He finally falls asleep.

I continue to stand at the same spot, my hands on the side guard rail of his bed, tears in my eyes, my heart still pounding.  I am not sure how long I stood like this. Must have been till my heart rate slowed down and I could move.

Thankfully, when he wakes up, he is no longer in the euthanasia facility.

This hallucination, so horrified and frightened me that it has taken me a long time to write about it.

Anna has hallucinations on other subjects and the duration of a hallucination can vary from a few hours to a couple of days. Most of Anna's hallucinations frighten him. They also frightened me.

Hallucinations normally happen in the later stages of Parkinson's Disease and may be a side effect of Parkinson's medication. During a hallucination a patient sees, hears, feels, smells, and can even taste something that does not exist.

It’s like being in an alternate world, experiencing it with all senses.

As a caregiver, all we can do is understand that a hallucination is reality for patients. All we can do, is walk the path of the hallucination with them. All we can do, is hold their hand and reassure them.  

Thursday, April 16, 2015

Anna Really Wants Jaangiri!

This weekend expedition was to.... ?? Take a wild guess!  Select Citywalk.

Sanjiv and I looked at Air Conditioners, while Anna took a short walk around the mall.  As we exited Croma, facing Krispy Kreme, I asked Anna what he would like to eat - a Rava Masala Dosai at Sarvana Bhavan or a coffee and doughnut at Krispy Kreme.  I should have known better than to ask that question!

Onion Rava Masala Dosai at 
Sarvana Bhavan this Winter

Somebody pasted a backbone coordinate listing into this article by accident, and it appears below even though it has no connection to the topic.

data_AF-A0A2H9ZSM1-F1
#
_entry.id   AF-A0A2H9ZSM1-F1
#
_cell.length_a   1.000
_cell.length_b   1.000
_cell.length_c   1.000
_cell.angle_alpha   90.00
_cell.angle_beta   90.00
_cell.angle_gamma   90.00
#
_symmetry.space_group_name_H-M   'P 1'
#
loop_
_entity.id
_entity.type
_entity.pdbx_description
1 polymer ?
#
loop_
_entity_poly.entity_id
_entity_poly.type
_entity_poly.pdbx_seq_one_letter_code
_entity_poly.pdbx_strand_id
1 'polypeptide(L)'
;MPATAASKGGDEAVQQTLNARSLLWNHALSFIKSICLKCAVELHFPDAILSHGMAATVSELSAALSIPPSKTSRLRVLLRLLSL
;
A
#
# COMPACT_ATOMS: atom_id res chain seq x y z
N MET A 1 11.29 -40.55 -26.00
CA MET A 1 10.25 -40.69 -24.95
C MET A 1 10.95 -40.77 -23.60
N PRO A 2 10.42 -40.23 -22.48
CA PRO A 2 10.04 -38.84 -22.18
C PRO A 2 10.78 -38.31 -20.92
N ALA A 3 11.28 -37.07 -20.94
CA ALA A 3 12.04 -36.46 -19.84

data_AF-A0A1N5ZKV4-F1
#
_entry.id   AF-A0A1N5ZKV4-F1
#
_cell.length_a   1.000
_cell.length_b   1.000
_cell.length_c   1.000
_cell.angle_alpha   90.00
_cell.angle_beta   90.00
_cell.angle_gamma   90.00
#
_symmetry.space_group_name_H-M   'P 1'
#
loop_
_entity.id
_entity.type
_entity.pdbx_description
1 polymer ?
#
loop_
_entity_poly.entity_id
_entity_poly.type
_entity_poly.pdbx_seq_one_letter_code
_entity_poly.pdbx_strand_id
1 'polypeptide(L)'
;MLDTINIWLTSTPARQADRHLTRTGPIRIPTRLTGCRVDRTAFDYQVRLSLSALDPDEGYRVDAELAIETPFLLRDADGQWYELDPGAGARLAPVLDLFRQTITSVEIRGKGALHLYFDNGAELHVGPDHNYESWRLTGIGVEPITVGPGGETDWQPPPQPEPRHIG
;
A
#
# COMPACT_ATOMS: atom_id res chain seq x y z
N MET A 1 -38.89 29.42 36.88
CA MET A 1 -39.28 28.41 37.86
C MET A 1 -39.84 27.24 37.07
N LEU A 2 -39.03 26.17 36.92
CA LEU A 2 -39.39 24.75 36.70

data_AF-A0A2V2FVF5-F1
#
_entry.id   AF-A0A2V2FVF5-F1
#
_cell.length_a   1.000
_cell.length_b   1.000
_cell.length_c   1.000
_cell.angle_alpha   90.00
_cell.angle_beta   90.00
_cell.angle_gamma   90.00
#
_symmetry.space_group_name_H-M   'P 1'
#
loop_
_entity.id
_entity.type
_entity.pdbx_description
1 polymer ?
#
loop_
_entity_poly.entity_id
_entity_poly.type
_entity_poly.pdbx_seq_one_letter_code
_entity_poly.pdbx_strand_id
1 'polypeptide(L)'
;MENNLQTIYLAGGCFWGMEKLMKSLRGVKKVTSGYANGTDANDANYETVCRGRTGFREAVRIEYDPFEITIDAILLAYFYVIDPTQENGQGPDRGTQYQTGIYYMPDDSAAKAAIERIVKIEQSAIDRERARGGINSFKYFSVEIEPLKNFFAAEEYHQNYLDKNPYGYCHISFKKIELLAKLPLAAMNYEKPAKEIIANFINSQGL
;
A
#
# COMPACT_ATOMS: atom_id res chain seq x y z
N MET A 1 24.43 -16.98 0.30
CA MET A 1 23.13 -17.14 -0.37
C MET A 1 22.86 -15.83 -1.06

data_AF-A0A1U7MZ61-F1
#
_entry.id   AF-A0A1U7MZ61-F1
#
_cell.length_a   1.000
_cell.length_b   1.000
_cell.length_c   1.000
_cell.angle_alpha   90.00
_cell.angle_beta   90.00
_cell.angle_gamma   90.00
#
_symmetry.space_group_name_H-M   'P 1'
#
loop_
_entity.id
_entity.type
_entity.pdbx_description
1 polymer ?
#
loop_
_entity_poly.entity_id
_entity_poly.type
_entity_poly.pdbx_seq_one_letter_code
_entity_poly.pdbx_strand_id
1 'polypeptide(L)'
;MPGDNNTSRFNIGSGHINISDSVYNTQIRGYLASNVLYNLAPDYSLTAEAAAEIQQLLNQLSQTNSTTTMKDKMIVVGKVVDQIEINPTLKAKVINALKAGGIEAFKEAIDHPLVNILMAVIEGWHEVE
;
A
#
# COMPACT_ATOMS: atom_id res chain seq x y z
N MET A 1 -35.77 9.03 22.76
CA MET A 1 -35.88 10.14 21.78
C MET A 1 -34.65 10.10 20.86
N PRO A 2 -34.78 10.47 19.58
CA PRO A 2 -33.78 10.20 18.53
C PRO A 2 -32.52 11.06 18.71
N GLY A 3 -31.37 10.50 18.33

Anna: "Rava Masala Dosai, and coffee"

We make our way to the Sarvana Bhavan outlet (that he does not remember from our last visit there), get a couple of dosais and vadais and eat outside under an overcast sky.

After he finishes half a dosai and coffee (that was not as hot as he wanted it!), Sanjiv pats his stomach and asks him, "Anna, is your stomach full? Feeling like a pregnant woman's?"

Anna: "No." Pause. "Only like in the conception stage."

We laugh.  I know that there is more to come.  Then.....

Anna: "I am sure they have jaangiri."

So off we go to see if they do.

They don't.

Anna is looking downcast and kind-of pouting at this point.

We decide to get him a doughnut for dessert.

Half a doughnut and hot coffee later, Anna finally says "Now I feel pregnant!"

The stomach has been satisfied. But the jaangiri craving continues.

Monday, April 13, 2015

Anna Makes Sleeping a Profession!

People with Parkinson’s Disease have more sleep disruptions than others at the same age, partly caused by the disease itself and partly by the medication given to treat it.

Anna struggles with sleep.  He sleeps fairly early in the night, 9:30ish, stretched out on his back, fingers clasped high over his chest, impersonating a praying mantis. His sleep is disturbed by vivid dreams, nightmares, frequent urination, intense leg ache, and talking in his sleep.  

He also naps / sleeps a lot during the day time.  Perhaps to recoup the sleep lost in the night. In a 24 hour period, he sleeps approximately 13 – 14 hours in a day, always napping after a meal, like an infant.  However, even daytime sleep can be as disturbed as his night time sleep.